Blitz using a hand blender – or in batches in a worktop blender – until smooth, season, then add the remaining peas. Bring back to the boil then simmer gently for a few minutes until the whole peas are cooked but retain their crispness.

Serve in bowls with a light drizzle of olive oil, or a swirl of double cream, alongside some toasted ciabatta or rustic bread.

Sea Bass in Acqua Pazza

Life has a habit of getting in the way, as I have been reminded these past few weeks. Much of my cooking has been quick and simple, and I haven’t found the time to write about it.

Just because you’re short on time doesn’t mean that you can’t eat well, as this simple, quick and elegant dish illustrates.

Acqua Pazza translates as crazy water, the fresh and zingy poaching liquid which perfectly complements, and enhances, the soft white flesh of sea bass. You can make this with small whole fish (as the recipe below), a larger single fish, or fillets. Only the cooking time will change, just keep an eye on the fish and serve it as soon as the thickest part of the fish begins to flake.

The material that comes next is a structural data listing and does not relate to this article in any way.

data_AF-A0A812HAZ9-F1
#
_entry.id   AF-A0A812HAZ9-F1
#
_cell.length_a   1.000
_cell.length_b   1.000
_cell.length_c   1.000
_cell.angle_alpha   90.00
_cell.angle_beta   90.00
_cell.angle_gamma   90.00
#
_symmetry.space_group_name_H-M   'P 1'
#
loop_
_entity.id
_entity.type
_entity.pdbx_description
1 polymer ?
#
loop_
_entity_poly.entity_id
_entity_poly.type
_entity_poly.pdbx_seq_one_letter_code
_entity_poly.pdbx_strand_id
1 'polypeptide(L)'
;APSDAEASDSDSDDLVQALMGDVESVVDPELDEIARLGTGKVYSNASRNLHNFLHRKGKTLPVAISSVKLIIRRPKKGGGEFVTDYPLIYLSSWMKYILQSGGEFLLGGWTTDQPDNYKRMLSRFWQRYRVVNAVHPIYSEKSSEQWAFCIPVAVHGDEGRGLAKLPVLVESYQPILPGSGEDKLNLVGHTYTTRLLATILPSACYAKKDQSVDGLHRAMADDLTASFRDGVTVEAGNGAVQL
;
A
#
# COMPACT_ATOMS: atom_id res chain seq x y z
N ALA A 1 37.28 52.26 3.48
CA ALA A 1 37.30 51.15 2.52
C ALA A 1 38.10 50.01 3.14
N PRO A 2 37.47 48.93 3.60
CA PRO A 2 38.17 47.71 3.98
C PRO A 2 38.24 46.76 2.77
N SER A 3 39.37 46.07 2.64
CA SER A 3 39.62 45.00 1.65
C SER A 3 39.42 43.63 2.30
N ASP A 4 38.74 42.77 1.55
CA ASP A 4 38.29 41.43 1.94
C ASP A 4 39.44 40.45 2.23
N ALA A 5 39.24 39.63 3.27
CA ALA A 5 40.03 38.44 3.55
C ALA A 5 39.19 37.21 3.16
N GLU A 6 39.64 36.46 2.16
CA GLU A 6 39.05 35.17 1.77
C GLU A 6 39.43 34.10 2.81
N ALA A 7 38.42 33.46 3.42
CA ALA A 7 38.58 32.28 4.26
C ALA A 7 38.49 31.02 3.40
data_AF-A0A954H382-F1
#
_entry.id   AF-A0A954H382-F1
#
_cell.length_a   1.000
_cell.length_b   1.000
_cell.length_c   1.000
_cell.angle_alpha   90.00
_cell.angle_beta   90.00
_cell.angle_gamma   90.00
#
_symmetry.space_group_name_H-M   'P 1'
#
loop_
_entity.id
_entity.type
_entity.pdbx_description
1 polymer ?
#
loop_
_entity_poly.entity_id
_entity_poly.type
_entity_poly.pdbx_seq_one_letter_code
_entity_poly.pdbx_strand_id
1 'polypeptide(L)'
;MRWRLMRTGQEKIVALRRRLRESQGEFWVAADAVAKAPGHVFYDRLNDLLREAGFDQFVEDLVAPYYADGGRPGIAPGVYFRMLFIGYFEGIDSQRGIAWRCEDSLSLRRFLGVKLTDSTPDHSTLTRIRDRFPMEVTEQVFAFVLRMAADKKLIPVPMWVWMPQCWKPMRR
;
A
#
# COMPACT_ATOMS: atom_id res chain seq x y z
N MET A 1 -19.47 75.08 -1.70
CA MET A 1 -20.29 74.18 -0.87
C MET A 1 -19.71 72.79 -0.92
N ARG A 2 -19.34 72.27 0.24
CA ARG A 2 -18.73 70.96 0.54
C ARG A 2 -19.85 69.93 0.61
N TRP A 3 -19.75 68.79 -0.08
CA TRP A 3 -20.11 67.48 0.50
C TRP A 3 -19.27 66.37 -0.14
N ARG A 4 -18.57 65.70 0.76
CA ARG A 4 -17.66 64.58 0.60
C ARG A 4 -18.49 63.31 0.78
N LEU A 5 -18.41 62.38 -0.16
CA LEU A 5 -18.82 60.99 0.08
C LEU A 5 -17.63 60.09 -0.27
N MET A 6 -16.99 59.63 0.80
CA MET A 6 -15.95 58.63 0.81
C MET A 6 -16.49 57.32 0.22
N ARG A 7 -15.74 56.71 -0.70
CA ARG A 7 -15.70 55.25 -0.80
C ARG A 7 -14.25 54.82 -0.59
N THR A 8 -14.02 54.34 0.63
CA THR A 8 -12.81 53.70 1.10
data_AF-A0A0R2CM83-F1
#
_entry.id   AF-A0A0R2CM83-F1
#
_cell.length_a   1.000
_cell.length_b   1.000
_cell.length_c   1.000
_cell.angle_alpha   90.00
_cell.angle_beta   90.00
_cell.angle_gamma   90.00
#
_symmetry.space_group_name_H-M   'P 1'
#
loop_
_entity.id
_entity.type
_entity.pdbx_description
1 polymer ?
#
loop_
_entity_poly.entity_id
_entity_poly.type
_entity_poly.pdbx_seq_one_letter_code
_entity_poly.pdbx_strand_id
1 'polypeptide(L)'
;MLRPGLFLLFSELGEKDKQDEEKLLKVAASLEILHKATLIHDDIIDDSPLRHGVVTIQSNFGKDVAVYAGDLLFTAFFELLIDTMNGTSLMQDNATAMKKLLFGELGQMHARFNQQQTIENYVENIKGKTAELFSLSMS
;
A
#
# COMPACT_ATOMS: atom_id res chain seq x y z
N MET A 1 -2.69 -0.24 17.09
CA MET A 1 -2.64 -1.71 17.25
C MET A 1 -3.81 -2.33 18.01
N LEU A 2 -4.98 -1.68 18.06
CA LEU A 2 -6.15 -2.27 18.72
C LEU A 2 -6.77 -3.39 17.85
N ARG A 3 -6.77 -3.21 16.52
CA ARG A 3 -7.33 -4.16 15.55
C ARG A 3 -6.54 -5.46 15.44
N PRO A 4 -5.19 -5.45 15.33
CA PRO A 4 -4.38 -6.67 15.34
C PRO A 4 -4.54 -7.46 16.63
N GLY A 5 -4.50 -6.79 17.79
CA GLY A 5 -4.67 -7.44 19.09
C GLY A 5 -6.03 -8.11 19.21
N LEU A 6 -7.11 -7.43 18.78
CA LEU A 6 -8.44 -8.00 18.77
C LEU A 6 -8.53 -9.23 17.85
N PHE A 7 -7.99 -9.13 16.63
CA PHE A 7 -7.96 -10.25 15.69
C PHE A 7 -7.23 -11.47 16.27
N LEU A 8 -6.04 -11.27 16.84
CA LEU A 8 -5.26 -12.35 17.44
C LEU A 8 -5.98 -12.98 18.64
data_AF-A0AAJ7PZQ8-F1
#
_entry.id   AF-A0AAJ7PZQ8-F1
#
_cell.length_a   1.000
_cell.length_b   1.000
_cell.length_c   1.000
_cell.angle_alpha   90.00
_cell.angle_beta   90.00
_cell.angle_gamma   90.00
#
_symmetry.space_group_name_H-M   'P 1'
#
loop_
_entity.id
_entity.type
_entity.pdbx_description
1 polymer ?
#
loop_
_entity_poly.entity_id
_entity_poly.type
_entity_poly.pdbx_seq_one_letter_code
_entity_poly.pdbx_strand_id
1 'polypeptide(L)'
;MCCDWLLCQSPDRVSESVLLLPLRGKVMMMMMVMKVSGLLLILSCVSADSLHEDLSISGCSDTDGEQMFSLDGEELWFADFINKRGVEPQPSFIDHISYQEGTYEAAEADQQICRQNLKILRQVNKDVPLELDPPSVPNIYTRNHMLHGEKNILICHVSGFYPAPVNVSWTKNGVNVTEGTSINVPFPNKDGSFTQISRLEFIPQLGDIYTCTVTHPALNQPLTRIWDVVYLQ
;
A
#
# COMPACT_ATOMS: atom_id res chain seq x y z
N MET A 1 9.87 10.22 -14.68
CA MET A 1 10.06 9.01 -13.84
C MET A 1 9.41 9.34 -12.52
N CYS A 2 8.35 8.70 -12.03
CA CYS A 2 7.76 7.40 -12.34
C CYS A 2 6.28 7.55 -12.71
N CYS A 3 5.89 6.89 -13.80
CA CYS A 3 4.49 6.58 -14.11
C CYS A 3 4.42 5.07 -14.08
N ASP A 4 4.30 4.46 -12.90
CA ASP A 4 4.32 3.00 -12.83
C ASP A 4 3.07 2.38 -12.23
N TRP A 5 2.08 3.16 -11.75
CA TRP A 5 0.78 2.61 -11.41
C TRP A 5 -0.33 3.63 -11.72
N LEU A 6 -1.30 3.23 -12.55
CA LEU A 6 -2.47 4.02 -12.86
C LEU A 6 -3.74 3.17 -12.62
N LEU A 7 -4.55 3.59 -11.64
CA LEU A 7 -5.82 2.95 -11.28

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RECIPE serves 4 

4 small whole seabass, gutted, cleaned and scaled

75ml olive oil

2 thick garlic cloves, peeled and finely sliced

1 red chilli, finely chopped

500g cherry tomatoes, halved

120ml dry vermouth

a small handful of capers, rinsed

a small bunch of flat-leaf parsley, chopped

a small handful of basil leaves, torn


METHOD

In a very large, high-sided pan (preferably one with a lid, if not you can use foil) heat the olive oil with the garlic, chilli and a pinch of salt over a medium heat and lay the fish in it side by side.

After four minutes, gently turn the fish over and add the tomatoes. Cook for another four minutes then add the vermouth and capers. Cover, simmer for a further four minutes or until the fish is just cooked.